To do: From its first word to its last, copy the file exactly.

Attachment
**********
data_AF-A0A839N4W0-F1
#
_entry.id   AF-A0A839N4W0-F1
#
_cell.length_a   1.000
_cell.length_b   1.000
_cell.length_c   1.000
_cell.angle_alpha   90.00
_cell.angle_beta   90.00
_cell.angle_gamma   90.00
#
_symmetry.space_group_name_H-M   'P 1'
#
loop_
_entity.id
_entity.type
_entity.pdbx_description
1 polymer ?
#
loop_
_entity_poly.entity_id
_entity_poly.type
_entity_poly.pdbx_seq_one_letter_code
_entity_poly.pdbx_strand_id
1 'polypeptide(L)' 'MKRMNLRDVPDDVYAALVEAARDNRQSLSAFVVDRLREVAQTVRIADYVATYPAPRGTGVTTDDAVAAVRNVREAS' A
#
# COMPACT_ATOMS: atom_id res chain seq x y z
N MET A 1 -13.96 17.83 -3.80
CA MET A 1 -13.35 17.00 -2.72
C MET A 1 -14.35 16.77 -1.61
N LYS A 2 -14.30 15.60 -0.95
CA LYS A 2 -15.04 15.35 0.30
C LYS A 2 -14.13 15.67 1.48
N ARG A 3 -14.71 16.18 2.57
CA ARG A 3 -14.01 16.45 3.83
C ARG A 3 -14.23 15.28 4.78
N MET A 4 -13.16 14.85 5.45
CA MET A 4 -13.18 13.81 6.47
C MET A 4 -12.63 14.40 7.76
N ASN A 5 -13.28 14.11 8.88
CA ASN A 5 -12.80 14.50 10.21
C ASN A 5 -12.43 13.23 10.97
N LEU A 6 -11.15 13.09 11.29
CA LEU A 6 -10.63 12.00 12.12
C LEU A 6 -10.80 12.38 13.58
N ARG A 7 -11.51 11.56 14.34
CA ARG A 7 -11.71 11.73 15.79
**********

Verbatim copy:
data_AF-A0A839N4W0-F1
#
_entry.id   AF-A0A839N4W0-F1
#
_cell.length_a   1.000
_cell.length_b   1.000
_cell.length_c   1.000
_cell.angle_alpha   90.00
_cell.angle_beta   90.00
_cell.angle_gamma   90.00
#
_symmetry.space_group_name_H-M   'P 1'
#
loop_
_entity.id
_entity.type
_entity.pdbx_description
1 polymer ?
#
loop_
_entity_poly.entity_id
_entity_poly.type
_entity_poly.pdbx_seq_one_letter_code
_entity_poly.pdbx_strand_id
1 'polypeptide(L)' 'MKRMNLRDVPDDVYAALVEAARDNRQSLSAFVVDRLREVAQTVRIADYVATYPAPRGTGVTTDDAVAAVRNVREAS' A
#
# COMPACT_ATOMS: atom_id res chain seq x y z
N MET A 1 -13.96 17.83 -3.80
CA MET A 1 -13.35 17.00 -2.72
C MET A 1 -14.35 16.77 -1.61
N LYS A 2 -14.30 15.60 -0.95
CA LYS A 2 -15.04 15.35 0.30
C LYS A 2 -14.13 15.67 1.48
N ARG A 3 -14.71 16.18 2.57
CA ARG A 3 -14.01 16.45 3.83
C ARG A 3 -14.23 15.28 4.78
N MET A 4 -13.16 14.85 5.45
CA MET A 4 -13.18 13.81 6.47
C MET A 4 -12.63 14.40 7.76
N ASN A 5 -13.28 14.11 8.88
CA ASN A 5 -12.80 14.50 10.21
C ASN A 5 -12.43 13.23 10.97
N LEU A 6 -11.15 13.09 11.29
CA LEU A 6 -10.63 12.00 12.12
C LEU A 6 -10.80 12.38 13.58
N ARG A 7 -11.51 11.56 14.34
CA ARG A 7 -11.71 11.73 15.79